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City of Watertown Planning Board unexpectedly debates ‘roommate law’

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The only city Planning Board member who voted against the controversial zoning change pertaining to roommates still doesn’t know why the issue came up.

Planning Board member William R. Davis Jr. also isn’t so sure that making further changes is the right thing to do.

Mr. Davis made his comments during Tuesday’s Planning Board meeting after Mayor Jeffrey E. Graham asked board members to revisit the so-called roommate law following a torrent of criticism it received from people who believed city leaders were trying to regulate lifestyles and living arrangements.

“You already made a mistake and you don’t want to make another mistake,” he said.

But fellow Planning Board member Lawrence J. Coburn contended the mayor was “just trying to fix” the problem.

Instead of amending the changes to the city’s ordinance pertaining to roomers living in single-family homes in residential neighborhoods, Mr. Davis suggested it might be better to go back to the ordinance’s original language because it was never an issue in the past.

“Why fix it if it never was broken?” Mr. Davis wondered.

Going into Tuesday’s meeting, the board was going to begin the process of revisiting the issue and not discuss it at length. At the beginning of the meeting, Kenneth A. Mix, the city’s planning and community development coordinator, told board members they should “get the ball rolling” and then discuss it further in May.

Despite those plans, Mr. Davis expressed his views at length, while the other Planning Board members looked uncomfortable while he continued to discuss it.

The issue first came before the city’s Planning Board in January after a Thompson Boulevard homeowner, Deborah A. Cavallario, complained her neighbor was living with his fiancée and two friends in a single-family home in a Residential A district.

Mrs. Cavallario, 259 Thompson Blvd., objected to her neighbor’s living arrangement because her neighborhood, zoned Residential A, has only single-family houses. She had complained about the number of vehicles parked on Travis W. Hartman’s property. He recently married his fiancée.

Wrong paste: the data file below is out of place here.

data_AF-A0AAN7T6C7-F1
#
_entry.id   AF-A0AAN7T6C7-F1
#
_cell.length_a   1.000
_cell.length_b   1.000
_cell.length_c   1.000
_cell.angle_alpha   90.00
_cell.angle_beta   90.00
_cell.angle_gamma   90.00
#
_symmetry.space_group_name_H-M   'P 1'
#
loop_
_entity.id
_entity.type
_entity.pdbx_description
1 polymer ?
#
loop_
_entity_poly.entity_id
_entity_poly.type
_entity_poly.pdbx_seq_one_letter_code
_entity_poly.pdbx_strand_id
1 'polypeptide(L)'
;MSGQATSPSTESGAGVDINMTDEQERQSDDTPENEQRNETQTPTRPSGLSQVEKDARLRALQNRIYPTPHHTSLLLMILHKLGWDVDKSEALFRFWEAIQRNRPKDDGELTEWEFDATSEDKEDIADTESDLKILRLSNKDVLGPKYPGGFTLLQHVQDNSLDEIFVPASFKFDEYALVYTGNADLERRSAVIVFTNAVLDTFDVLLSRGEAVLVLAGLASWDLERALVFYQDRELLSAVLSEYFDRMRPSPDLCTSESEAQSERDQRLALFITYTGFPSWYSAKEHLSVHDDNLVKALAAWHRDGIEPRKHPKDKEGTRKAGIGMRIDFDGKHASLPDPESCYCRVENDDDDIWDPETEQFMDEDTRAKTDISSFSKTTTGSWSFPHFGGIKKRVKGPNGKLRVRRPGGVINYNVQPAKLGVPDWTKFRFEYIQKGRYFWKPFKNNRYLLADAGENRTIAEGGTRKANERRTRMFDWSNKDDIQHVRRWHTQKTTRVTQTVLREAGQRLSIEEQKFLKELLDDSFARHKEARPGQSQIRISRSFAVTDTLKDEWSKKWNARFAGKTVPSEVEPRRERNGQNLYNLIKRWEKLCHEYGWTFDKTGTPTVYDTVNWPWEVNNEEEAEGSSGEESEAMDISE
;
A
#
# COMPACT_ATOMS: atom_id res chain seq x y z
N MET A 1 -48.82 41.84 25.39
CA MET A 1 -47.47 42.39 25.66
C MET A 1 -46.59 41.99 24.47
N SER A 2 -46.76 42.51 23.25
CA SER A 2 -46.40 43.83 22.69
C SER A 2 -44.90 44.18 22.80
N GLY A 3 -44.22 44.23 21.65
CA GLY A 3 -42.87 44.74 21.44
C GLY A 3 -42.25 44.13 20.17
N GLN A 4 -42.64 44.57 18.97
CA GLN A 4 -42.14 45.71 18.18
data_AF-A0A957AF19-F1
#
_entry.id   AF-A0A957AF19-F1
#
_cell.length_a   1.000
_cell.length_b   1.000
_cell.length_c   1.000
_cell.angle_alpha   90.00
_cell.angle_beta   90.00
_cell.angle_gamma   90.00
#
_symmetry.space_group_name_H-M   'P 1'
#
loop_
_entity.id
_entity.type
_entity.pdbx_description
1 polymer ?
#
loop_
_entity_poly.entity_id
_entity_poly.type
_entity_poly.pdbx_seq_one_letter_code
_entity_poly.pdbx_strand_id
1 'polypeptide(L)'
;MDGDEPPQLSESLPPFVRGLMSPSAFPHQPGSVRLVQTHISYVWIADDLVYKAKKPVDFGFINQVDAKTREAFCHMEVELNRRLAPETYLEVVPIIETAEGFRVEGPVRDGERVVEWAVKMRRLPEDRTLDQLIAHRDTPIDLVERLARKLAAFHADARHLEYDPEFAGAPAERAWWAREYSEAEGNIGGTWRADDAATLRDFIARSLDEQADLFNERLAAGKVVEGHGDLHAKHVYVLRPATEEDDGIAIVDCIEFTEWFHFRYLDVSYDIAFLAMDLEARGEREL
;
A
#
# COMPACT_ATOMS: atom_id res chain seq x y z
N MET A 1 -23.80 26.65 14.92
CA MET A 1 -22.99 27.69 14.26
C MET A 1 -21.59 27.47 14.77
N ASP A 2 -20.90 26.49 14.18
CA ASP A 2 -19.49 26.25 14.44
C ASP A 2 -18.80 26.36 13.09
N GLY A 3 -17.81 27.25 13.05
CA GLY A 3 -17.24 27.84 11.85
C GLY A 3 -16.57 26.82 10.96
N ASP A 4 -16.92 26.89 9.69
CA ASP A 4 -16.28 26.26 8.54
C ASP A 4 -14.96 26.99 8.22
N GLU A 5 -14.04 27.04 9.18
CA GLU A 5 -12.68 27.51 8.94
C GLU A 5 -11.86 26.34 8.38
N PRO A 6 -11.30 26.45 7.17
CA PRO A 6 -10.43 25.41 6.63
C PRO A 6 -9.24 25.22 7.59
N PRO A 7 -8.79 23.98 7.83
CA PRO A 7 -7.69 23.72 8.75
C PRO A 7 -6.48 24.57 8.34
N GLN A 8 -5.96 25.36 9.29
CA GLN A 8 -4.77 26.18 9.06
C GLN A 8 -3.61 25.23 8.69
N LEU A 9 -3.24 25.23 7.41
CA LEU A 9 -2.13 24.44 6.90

In a 6-1 vote, the Planning Board removed the language pertaining to roomers, with Mr. Davis voting against it. In February, the Watertown City Council passed it, with Mayor Graham and Councilwoman Teresa R. Macaluso opposing it. As a result of the change, no transient roomers are allowed to live in Residential A districts.

To quell the controversy, the mayor suggested last month to restore a sentence council members removed that allowed “no more than four transient roomers” and applied to “accessory uses in residential districts.”

In addition to putting that language back in the city’s zoning code, Mr. Graham suggested looking at another section pertaining to the definition of family. He has proposed keeping language that would allow “any number of individuals living together as a single housekeeping unit.” But he suggested removing the following language: “to distinguish it from a club, fraternity, or boardinghouse, not more than four members of a family shall be other than blood relatives.”

Supporters have vehemently defended the change, contending the media blew the issue out of proportion. They also argued they were trying to protect Residential A districts from boarding and rooming houses.

But the issue has become a public relations problem that brought dozens of people to council meetings and turned into a subject of social media criticism as far away as California, eliciting a scathing Twitter comment from comedian and game show host Drew Carey.

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